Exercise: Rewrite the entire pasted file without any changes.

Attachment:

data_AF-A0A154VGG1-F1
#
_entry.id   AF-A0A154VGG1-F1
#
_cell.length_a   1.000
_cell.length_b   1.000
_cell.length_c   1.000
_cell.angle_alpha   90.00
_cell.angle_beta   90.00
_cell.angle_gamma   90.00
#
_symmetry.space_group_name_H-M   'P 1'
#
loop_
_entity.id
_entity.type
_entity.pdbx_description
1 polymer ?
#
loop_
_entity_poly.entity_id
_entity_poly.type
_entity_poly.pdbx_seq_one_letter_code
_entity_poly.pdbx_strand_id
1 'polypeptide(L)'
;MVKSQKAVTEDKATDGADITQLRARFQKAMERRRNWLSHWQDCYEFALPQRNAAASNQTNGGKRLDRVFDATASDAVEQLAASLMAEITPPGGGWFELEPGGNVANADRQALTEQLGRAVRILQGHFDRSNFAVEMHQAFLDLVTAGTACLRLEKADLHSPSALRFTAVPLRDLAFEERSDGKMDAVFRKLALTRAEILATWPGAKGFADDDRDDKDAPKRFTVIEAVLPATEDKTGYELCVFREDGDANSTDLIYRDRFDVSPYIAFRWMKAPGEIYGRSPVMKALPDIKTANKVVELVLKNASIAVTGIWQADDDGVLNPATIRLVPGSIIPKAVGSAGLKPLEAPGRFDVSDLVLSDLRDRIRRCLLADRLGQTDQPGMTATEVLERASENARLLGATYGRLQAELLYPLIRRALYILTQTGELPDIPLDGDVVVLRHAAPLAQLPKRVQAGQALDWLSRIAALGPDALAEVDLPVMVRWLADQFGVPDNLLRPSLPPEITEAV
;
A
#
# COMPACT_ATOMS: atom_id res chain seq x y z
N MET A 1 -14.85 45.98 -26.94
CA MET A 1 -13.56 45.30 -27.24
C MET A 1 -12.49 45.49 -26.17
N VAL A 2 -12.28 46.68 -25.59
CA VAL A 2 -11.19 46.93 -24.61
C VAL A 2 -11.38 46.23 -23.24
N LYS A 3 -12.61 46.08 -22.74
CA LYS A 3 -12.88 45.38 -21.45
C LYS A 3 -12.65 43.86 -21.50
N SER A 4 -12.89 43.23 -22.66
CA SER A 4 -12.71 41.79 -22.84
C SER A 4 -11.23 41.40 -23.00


data_AF-A0A154VGG1-F1
#
_entry.id   AF-A0A154VGG1-F1
#
_cell.length_a   1.000
_cell.length_b   1.000
_cell.length_c   1.000
_cell.angle_alpha   90.00
_cell.angle_beta   90.00
_cell.angle_gamma   90.00
#
_symmetry.space_group_name_H-M   'P 1'
#
loop_
_entity.id
_entity.type
_entity.pdbx_description
1 polymer ?
#
loop_
_entity_poly.entity_id
_entity_poly.type
_entity_poly.pdbx_seq_one_letter_code
_entity_poly.pdbx_strand_id
1 'polypeptide(L)'
;MVKSQKAVTEDKATDGADITQLRARFQKAMERRRNWLSHWQDCYEFALPQRNAAASNQTNGGKRLDRVFDATASDAVEQLAASLMAEITPPGGGWFELEPGGNVANADRQALTEQLGRAVRILQGHFDRSNFAVEMHQAFLDLVTAGTACLRLEKADLHSPSALRFTAVPLRDLAFEERSDGKMDAVFRKLALTRAEILATWPGAKGFADDDRDDKDAPKRFTVIEAVLPATEDKTGYELCVFREDGDANSTDLIYRDRFDVSPYIAFRWMKAPGEIYGRSPVMKALPDIKTANKVVELVLKNASIAVTGIWQADDDGVLNPATIRLVPGSIIPKAVGSAGLKPLEAPGRFDVSDLVLSDLRDRIRRCLLADRLGQTDQPGMTATEVLERASENARLLGATYGRLQAELLYPLIRRALYILTQTGELPDIPLDGDVVVLRHAAPLAQLPKRVQAGQALDWLSRIAALGPDALAEVDLPVMVRWLADQFGVPDNLLRPSLPPEITEAV
;
A
#
# COMPACT_ATOMS: atom_id res chain seq x y z
N MET A 1 -14.85 45.98 -26.94
CA MET A 1 -13.56 45.30 -27.24
C MET A 1 -12.49 45.49 -26.17
N VAL A 2 -12.28 46.68 -25.59
CA VAL A 2 -11.19 46.93 -24.61
C VAL A 2 -11.38 46.23 -23.24
N LYS A 3 -12.61 46.08 -22.74
CA LYS A 3 -12.88 45.38 -21.45
C LYS A 3 -12.65 43.86 -21.50
N SER A 4 -12.89 43.23 -22.66
CA SER A 4 -12.71 41.79 -22.84
C SER A 4 -11.23 41.40 -23.00